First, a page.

According to the results, an applicant’s country of origin is the most powerful predictor of naturalization success. Applicants from former Yugoslavia and Turkey have a 40 percent higher risk of rejection than other observably similar applicants from rich European countries, for example, the Netherlands or Great Britain. Swiss voters also tend to prefer applicants with higher levels of education and occupational skill, although these effects are negligibly small. Based on the empirical estimates, an applicant from Turkey would, for example, require no less than 70 years of additional education to reach the same probability of being naturalized as another applicant from a European country who shares all other observable characteristics. Interestingly, linguistic integration is largely irrelevant for an applicant’s probability of success: Even requests in which the applicants’ language skills are described as perfectly fluent have no higher chance of being accepted.

The paper also presents evidence on which mechanisms (mainly statistical and taste-based discrimination) drive these results. For example, the country-of-origin disadvantage is most pronounced in municipalities in which citizens generally dislike immigrants as measured by the “yes” votes in the most recent anti-immigration referenda. Discrimination against Turkish and Yugoslavian applicants also increases in response to rapid surges of these groups in the 1990s while the country-of-origin disadvantage declines as the relative size of this group decreases. Compared with these factors, applicants’ factual level of education and integration seem to matter very little.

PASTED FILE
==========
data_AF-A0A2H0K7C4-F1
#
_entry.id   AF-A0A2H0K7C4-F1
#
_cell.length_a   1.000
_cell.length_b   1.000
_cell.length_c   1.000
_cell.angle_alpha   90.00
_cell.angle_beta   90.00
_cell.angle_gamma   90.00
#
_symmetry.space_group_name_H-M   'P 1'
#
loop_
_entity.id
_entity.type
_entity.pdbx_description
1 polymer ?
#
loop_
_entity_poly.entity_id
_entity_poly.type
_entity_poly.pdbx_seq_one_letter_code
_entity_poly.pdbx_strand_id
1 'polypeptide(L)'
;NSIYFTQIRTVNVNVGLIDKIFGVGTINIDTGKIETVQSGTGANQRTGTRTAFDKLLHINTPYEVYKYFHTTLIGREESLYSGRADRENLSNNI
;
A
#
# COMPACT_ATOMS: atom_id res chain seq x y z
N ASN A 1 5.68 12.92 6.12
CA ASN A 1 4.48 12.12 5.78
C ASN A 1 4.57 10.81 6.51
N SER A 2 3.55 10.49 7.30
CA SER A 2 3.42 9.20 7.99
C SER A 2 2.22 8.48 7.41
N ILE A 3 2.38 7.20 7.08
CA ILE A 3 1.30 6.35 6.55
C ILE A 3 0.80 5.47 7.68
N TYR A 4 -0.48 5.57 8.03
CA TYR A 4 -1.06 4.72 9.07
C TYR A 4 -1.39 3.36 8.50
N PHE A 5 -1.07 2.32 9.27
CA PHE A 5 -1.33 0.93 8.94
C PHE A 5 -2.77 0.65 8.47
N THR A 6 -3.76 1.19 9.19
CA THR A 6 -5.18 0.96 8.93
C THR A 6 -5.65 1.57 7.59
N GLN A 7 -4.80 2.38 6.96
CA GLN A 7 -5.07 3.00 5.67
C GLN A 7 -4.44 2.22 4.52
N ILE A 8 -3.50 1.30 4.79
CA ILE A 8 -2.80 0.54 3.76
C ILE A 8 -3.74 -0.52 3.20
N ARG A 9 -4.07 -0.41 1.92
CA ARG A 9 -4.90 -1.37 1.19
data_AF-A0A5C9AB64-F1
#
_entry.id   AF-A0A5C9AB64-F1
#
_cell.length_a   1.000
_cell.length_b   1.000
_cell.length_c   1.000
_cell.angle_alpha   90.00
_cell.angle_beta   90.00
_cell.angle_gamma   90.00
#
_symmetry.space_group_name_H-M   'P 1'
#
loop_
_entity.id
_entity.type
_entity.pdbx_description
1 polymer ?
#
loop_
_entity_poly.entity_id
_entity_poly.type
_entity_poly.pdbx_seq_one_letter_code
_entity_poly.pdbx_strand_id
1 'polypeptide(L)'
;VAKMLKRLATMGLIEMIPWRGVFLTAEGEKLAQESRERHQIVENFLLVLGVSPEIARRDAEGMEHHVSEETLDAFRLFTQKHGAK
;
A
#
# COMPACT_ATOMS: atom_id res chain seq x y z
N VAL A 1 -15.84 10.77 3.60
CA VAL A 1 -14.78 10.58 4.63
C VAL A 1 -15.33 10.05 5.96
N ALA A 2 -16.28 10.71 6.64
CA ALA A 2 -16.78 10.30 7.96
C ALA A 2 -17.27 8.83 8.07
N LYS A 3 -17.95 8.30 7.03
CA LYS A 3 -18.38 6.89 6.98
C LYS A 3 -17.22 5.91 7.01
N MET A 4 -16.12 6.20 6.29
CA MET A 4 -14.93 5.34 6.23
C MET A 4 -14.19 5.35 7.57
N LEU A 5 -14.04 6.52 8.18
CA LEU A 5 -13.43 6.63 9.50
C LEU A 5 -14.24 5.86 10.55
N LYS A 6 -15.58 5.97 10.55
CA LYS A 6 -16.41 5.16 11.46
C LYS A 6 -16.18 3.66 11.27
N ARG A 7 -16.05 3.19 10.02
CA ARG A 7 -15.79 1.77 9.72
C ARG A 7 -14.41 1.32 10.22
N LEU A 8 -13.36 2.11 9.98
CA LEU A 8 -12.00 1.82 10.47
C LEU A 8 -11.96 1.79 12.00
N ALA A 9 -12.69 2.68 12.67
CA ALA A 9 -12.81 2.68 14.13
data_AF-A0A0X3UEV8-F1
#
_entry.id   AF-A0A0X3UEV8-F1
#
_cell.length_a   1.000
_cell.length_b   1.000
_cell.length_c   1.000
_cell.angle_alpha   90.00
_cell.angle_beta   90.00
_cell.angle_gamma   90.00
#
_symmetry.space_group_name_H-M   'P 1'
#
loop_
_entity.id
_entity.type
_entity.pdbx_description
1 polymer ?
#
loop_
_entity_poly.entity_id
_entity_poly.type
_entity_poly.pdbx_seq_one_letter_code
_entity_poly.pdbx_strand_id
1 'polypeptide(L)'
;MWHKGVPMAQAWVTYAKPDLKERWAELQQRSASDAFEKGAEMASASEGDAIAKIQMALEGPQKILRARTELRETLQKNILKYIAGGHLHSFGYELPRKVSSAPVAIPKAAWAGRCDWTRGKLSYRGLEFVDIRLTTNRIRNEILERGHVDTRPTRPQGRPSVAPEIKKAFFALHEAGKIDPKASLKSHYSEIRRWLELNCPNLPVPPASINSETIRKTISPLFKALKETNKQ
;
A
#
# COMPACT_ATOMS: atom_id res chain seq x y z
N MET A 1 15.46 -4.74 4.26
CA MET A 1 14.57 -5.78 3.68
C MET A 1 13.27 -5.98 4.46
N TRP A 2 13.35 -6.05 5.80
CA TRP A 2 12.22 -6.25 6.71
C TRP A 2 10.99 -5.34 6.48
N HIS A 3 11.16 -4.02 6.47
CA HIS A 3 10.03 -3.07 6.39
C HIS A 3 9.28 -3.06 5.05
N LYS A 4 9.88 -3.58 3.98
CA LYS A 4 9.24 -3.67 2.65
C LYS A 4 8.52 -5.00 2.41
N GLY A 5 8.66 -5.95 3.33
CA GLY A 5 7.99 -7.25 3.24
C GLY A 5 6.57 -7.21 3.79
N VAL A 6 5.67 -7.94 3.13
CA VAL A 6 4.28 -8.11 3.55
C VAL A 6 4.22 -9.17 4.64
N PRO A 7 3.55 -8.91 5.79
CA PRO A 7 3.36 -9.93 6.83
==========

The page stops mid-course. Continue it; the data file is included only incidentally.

Overall, the main result of the paper seems to bear some resemblance with both the widespread perception of Yugoslavians being even less popular in Switzerland than Germans and the ending of “The Swissmakers”. Here, the Italian worker and the German couple get naturalized, while the senior police officer of the naturalization agency recommends rejecting the naturalization request by the female ballet dancer from Yugoslavia. She forestalls the rejection by withdrawing her application prior to the final decision to take up an offer to work in the Netherlands. Although the ballet dancer does not succeed in getting a Swiss passport, she does succeed in getting the junior policeman (played by the famous Swiss comedian Emil Steinberger), who falls in love with her and decides to leave the naturalization agency.

Incentives versus Culture: Do Legal Norms Affect Preferences for Political Participation?

Declining election turnout in many democracies regularly provokes public statements lamenting the eroding culture of political participation, arguably the key element of any democratic system. Such comments appear particularly relevant for Switzerland with its comparatively low turnout in elections and referenda. Suppose that a deteriorating political culture is indeed responsible for the observed decrease in political collective action and political interest. What can be done about it?